On Turning 21

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I used to really love birthdays. Well, I used to really love my birthday. Let’s be real—other people’s birthdays are fun when you can get a good party out of it, but past that, you really only care about your own. Unless you hate attention, or like to pretend that you are the kind of person who hates attention.

Last year I had my first terrible birthday. For starters, it was on Yom Kippur, the Jewish holiday where you literally are not allowed to eat and you have to repent for all of your sins. I was three weeks into my four months of living in Prague, and went to the Chabad in the Old Town to observe the holiday. For the service, I had to sit in the way, way back behind a tall, wooden gate. This is because I am a woman. I had to squint through the bars in order to make out the rabbi, who went so quickly through the whole thing that I genuinely couldn’t tell if he was speaking in Czech, Hebrew, or both.

The highlight of my day was coming home between classes, stripping off my turtleneck sweater and jean skirt, and falling asleep in my favorite bra. I woke up 45 minutes later and sat up in bed, rosy-cheeked and doe-eyed, and, for 20 minutes, ate sour gummy candy from a paper bag that my friend Emily had given me that morning. As the Jewish people say when something is blessed, baruch hashem.

I got home from the service that night and sobbed.

I’ve been secretly counting down to my birthday this year because I know that it cannot possibly be worse than the year prior. I’ve been waiting for this day because it would prove me wrong—birthdays are great, after all. I know it.

At midnight, I turn 21. For the last week, this has felt very, very weird.

The best and most commonly given advice to a birthday girl is to “not set your expectations too high.” That way, when you don’t have that much fun at your party, you wake up to see it’s raining, or the boy you wanted to kiss didn’t lean in when you wanted him to, you won’t feel the disappointing sink of your metaphorical candles being blown out by someone else.

The weird thing about turning 21 is that the American government has automatically instilled an expectation that I cannot ignore. Obviously, this is the expectation that, starting at 12am, I can legally drink alcohol.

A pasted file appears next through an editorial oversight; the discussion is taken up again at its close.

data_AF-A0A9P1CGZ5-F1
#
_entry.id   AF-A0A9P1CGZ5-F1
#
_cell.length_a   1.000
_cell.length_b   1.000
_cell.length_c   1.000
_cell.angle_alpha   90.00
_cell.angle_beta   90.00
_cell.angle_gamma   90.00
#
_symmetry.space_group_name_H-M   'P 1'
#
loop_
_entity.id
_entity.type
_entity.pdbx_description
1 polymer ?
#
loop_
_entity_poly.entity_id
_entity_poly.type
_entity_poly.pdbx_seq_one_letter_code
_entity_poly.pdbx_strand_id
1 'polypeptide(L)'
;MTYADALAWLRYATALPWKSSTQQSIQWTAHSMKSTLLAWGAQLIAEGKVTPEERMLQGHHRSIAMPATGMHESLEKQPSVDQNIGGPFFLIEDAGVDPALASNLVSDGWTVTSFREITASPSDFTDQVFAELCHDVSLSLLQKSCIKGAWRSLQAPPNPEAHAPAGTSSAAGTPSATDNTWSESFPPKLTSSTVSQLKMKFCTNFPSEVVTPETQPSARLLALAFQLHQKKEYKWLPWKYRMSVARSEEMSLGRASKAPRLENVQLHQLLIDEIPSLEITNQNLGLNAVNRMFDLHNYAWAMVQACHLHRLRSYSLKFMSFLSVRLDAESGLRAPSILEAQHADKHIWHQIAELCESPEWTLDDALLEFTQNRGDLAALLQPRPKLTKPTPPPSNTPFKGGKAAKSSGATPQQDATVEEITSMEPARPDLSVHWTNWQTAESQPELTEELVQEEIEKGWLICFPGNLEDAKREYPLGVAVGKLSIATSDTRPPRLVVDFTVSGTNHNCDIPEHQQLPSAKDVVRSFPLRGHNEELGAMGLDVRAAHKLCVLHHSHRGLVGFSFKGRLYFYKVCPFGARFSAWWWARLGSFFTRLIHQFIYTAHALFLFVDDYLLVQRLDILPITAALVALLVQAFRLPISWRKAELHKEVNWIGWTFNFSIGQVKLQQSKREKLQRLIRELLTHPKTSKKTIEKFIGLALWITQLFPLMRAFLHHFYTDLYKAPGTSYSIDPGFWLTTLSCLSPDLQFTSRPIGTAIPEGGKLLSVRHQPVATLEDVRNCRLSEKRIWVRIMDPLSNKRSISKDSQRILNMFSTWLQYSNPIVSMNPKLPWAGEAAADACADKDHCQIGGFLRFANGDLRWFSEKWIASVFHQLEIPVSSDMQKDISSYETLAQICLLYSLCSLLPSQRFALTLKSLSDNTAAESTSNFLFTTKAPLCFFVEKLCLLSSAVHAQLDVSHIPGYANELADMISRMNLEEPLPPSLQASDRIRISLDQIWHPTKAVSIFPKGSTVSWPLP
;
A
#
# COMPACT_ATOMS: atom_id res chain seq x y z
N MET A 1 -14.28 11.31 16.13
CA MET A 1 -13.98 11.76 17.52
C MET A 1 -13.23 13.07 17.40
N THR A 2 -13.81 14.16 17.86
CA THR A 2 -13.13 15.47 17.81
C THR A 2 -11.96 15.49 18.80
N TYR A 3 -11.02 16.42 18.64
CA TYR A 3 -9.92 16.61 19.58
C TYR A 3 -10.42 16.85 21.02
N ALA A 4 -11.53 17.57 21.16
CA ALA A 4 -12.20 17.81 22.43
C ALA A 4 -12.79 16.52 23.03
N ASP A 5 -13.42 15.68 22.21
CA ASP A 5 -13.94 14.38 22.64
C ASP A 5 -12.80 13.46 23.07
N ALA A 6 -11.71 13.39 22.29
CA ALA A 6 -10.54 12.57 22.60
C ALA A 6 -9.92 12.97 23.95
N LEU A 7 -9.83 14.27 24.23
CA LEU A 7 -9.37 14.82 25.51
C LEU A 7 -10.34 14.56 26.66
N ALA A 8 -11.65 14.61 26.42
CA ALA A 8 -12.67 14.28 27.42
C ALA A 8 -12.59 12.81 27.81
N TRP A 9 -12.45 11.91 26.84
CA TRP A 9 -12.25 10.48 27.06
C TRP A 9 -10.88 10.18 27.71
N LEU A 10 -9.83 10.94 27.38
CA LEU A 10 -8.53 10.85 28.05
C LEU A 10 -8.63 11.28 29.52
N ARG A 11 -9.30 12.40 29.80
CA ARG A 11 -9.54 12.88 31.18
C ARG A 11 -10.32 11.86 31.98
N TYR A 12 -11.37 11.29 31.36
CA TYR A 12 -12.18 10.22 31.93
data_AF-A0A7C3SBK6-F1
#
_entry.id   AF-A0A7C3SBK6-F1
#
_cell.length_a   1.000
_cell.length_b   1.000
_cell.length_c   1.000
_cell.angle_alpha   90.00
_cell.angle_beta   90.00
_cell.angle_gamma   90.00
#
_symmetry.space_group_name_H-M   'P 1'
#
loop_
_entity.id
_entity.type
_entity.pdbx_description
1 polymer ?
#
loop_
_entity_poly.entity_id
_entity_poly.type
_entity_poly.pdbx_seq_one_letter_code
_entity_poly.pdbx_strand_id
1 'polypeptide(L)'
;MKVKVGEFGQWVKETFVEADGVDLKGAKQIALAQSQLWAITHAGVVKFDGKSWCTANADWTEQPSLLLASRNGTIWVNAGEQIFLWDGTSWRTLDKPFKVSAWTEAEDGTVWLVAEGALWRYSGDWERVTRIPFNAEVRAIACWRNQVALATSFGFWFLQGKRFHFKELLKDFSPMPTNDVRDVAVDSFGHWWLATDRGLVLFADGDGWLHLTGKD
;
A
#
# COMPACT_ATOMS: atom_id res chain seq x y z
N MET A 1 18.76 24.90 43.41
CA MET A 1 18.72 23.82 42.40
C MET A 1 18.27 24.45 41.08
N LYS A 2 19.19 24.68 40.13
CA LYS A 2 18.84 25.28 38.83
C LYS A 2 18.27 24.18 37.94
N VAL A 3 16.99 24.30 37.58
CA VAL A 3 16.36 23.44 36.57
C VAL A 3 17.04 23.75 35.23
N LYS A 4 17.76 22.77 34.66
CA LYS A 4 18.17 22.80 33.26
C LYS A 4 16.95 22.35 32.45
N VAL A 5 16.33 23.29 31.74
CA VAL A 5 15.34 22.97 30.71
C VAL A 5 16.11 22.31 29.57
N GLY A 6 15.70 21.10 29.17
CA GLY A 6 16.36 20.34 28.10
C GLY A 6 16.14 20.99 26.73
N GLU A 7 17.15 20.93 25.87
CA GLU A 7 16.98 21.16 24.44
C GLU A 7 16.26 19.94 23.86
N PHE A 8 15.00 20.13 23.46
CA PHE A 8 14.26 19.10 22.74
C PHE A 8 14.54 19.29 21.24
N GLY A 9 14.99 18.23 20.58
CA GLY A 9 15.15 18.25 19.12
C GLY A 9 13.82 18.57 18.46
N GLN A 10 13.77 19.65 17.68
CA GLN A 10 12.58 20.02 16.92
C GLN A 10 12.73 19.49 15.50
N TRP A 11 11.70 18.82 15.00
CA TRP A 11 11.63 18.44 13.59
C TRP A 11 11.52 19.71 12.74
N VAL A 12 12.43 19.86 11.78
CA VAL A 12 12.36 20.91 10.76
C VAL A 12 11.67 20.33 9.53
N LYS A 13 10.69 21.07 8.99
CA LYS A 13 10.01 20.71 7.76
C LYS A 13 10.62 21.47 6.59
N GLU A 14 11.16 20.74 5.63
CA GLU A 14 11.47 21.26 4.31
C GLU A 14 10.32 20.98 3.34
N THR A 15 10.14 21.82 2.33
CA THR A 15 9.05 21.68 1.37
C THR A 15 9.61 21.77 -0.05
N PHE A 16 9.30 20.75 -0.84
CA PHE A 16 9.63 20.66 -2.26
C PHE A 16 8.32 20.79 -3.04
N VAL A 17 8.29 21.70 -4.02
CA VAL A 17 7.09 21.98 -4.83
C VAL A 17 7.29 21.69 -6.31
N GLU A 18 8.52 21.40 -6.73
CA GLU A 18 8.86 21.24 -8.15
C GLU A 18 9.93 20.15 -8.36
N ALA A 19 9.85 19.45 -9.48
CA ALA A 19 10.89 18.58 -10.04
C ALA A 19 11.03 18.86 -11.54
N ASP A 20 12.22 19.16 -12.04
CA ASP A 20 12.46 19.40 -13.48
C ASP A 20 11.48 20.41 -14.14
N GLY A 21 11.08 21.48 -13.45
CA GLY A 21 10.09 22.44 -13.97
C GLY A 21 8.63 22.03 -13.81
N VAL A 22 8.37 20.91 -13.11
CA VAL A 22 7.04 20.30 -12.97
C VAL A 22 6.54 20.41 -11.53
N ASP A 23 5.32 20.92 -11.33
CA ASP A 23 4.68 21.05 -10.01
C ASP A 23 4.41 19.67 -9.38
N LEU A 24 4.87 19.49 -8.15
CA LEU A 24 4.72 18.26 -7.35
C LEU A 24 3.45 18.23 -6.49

I have been counting down to 12am all day. This makes no sense. I don’t have any wild plans for midnight (maybe a dive bar, nothing crazy) and, to disappoint you all, I actually have enjoyed a glass of wine or two before, so this will not be the first.

This is what counting down to turning 21 unexpectedly feels like: Cinderella watching the clock. New Year’s Eve. Checking to see if you got into the college of your dreams on December 12th at 5pm. Taking a pregnancy test. Waiting to hear the results of a presidential election. Getting ready to leave the nail salon because your toes will soon be dry. Getting out of class. Standing in front of a microwave.

It doesn’t feel like something amazing is going to happen. It feels strange to know that at a time I am already aware of, something about me is going to change. And the worst part of it all is that’s it’s not a big deal, but, because we are human, we feel things anyway.

I told my mom that I wasn’t in the mood for a birthday. Her response was this: “Hannah, you’ve always been sensitive to time.”

Maybe it’s weird because I remember turning 20, sort of sweaty in my bra and underwear, getting sugar in my sheets, writing a similar essay at this time one year ago, so vividly. I hated turning 20 so much. I hated that I was done with 19.

In that essay, I lamented a then-anxiety of mine: Is everyone else freaking out as much as I am? Also this: My one and only life goal was to write a book before I turned 20, because I thought there was something romantic and alluring about it, and I didn’t do it.

A very full year has passed. I have lived in Prague, and Providence, and New York City. I have aged immensely, though my fashion sense has perhaps regressed to that of a six-year-old in 1993. I have experienced so many people and things. I don’t remember the last time I thought about everyone freaking out, or lack thereof. I started writing a book.

This morning I told my roommates who also serve as my best friends that I was feeling weird and reflective, which I guess is a thing I now do on the day before my birthday. On my 12th birthday, I had a full-blown panic attack just as my mom brought out the cake. I ran out to the deck and hyperventilated for an hour and a half. I am terrified that this is going to happen to me tomorrow.

Incidentally, that birthday also fell on Yom Kippur, so maybe that’s just god’s way of saying “fuck you.” I mean, that would be shitty of him, but you never know.

I think I don’t want to have a birthday because I don’t need one. I don’t need a day about me. Maybe I don’t want a day where I have to think about me. Everything is good every other day. I really like every day.

Do you know what I also like? Hoppy beer. Also pumpkin beer. And Chardonnay. If we run into each other tonight, drinks on me.